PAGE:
The memorial will stand at the intersection of Vassar and Main Streets, where there is now a small garden between the Stata Center and the David H. Koch Institute for Integrative Cancer Research. This site is very close to where Collier lost his life. While the structure’s open center creates a sheltered space for reflection and contemplation, the five “fingers” radiate outward and frame significant views, including a view of where Collier’s patrol car was parked.

Yoon’s formal brief about the memorial describes it as “a space of remembrance and reflection that honors Sean Collier and his service to the Institute. The memorial represents and translates ‘Collier Strong’ into a physical form of strength and connectedness.” Yoon explains that the shape of the open hand “is evocative of the aspirations of MIT, ‘mens et manus.’ In an age of unknowable threats, it is important to remember what kind of society we aspire to be: We choose an open hand over a closed fist.”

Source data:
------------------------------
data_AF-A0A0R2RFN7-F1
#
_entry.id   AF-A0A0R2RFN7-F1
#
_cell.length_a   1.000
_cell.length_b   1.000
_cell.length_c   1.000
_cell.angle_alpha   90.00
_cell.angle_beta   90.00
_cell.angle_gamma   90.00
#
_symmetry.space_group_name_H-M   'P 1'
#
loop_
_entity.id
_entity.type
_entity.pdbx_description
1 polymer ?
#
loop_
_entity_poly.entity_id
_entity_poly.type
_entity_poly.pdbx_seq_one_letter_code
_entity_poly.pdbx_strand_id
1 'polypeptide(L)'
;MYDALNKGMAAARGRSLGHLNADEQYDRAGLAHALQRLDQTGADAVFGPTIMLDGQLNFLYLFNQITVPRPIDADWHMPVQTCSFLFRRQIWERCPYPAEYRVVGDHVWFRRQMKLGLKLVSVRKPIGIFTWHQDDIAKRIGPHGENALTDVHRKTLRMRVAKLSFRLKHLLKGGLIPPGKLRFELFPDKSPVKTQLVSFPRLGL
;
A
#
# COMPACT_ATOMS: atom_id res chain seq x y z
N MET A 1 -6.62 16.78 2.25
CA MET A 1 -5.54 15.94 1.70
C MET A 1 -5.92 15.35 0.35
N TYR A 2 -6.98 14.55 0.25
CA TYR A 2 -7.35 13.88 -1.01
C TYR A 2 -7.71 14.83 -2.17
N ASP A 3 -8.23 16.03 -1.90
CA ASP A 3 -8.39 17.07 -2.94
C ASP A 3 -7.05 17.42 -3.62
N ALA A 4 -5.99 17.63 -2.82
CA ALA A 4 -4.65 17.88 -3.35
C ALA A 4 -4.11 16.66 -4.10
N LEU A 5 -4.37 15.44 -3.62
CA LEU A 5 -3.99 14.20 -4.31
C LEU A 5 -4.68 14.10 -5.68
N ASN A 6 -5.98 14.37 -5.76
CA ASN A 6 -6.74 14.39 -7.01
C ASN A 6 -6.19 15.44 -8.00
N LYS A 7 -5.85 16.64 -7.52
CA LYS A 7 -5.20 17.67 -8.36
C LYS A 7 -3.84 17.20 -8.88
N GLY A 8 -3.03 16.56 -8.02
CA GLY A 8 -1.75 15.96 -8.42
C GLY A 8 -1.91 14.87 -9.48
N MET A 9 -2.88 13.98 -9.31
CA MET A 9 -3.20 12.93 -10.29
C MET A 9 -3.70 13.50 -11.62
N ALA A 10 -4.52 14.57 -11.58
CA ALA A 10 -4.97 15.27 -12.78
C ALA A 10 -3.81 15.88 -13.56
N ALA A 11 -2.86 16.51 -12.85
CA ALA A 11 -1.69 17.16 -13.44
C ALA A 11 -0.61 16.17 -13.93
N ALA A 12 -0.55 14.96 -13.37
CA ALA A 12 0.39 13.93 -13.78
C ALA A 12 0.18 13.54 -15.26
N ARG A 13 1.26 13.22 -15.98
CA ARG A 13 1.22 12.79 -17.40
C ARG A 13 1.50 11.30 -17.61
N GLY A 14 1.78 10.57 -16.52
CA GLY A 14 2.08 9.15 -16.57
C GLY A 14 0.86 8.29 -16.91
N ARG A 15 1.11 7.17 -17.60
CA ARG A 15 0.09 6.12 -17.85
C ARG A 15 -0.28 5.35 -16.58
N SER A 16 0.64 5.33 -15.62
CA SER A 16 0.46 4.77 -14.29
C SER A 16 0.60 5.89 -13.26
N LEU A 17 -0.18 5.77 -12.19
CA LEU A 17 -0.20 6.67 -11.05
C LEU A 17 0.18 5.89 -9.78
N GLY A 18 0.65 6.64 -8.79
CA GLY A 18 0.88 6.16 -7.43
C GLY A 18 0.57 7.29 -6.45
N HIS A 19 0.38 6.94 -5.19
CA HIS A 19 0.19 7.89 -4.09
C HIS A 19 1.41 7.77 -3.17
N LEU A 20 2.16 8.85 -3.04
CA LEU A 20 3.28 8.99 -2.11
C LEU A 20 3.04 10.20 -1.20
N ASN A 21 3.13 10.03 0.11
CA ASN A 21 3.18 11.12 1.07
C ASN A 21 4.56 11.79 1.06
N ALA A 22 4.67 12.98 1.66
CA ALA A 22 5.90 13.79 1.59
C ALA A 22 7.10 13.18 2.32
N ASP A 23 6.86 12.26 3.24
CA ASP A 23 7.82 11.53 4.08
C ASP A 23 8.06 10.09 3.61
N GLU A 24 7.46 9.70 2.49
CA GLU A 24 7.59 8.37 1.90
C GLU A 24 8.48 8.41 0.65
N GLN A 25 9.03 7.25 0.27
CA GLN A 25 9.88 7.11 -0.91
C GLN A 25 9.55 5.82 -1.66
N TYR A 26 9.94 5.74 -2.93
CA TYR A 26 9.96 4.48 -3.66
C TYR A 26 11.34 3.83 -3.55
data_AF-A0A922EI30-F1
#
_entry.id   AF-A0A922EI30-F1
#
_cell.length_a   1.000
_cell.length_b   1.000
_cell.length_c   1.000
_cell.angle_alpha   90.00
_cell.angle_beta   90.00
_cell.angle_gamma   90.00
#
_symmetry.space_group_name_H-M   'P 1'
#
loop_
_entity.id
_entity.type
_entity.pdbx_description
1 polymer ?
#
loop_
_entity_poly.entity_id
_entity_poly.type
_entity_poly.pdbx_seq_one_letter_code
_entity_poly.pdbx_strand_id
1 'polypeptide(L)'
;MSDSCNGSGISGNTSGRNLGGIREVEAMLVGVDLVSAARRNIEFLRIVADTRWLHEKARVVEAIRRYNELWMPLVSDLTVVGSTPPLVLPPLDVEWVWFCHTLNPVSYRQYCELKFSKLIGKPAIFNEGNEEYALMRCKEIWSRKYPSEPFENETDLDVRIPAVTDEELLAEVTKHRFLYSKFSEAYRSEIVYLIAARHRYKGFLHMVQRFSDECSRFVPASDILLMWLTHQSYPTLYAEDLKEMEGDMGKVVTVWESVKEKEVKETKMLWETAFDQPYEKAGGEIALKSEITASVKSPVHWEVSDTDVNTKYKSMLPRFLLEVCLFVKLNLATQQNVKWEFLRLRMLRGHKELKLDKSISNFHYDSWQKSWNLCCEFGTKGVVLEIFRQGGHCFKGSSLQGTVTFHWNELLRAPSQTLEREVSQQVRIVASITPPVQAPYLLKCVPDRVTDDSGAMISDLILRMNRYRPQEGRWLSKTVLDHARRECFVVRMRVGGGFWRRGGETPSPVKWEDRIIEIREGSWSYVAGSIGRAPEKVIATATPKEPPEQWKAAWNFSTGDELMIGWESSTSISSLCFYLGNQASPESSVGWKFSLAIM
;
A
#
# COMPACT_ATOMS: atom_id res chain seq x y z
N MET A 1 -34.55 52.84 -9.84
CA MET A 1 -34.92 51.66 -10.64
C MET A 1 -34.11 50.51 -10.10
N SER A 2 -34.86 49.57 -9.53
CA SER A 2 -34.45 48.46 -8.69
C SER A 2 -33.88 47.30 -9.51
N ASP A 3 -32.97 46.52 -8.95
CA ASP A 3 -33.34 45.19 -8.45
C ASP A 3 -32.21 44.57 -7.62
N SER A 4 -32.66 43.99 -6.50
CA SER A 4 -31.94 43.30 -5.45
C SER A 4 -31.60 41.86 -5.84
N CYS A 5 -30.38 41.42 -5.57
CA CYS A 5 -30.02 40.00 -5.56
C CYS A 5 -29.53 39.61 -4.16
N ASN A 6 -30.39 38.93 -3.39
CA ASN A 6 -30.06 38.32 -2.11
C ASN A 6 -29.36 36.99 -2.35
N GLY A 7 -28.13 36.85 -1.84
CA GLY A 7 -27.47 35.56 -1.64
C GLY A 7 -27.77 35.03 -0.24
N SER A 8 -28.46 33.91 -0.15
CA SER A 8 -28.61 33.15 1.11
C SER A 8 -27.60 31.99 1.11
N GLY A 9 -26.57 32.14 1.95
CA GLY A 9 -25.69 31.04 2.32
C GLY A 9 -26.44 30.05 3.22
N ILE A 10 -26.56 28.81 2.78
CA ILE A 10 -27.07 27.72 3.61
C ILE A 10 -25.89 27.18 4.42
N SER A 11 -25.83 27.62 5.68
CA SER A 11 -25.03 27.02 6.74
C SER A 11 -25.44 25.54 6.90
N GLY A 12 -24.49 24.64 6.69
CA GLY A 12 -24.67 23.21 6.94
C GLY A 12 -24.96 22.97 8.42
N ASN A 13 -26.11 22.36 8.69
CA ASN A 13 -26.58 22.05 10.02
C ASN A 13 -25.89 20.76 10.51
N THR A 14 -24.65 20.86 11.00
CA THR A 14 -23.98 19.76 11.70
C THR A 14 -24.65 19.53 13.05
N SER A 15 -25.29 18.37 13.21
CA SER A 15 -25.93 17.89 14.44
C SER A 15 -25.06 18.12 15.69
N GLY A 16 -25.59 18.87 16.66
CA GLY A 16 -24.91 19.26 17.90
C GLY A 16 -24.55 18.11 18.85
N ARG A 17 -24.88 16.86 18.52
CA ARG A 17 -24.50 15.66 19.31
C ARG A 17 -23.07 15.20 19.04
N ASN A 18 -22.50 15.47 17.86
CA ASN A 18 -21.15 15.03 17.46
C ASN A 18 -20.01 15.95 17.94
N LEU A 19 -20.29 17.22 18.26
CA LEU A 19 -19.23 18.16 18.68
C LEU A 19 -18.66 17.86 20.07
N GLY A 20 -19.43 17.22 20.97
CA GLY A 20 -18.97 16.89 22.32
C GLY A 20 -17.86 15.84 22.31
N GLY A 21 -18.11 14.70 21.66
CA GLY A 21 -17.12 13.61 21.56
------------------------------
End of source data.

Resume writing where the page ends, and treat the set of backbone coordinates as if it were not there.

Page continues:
“Over the past few months,” says Yoon, “the concept has evolved, but its integrity has remained and has been reinforced throughout the design process. The memorial is one of those rare projects where everyone on the team is motivated to exceed expectations. We believe in the structure we are creating — and in its ability to translate the notion of strength through unity.”

Collaborating across disciplines

After Yoon’s concept for the memorial was revealed last spring, the project team worked through the summer to fine-tune its design. The team is a multidisciplinary group that includes faculty; students; staff with expertise in policing, architecture, construction, engineering, and masonry; and consulting experts in structural and civil engineering, landscape architecture, and lighting design.

“This has become a very ‘MIT’ endeavor,” Yoon explains, “because developing and constructing the memorial requires a coming-together of like-minded, like-spirited people from many different disciplines to create something singular in the world.”

Class of 1942 Professor of Architecture and Engineering John Ochsendorf and his Masonry Research Group have been consulting with the project team on the memorial. Together with Yoon, Ochsendorf’s students developed an interactive tool that enables the design team to test various geometries and get real-time feedback to ensure that the structure’s load is distributed safely even as the form is adjusted due to site and design parameters.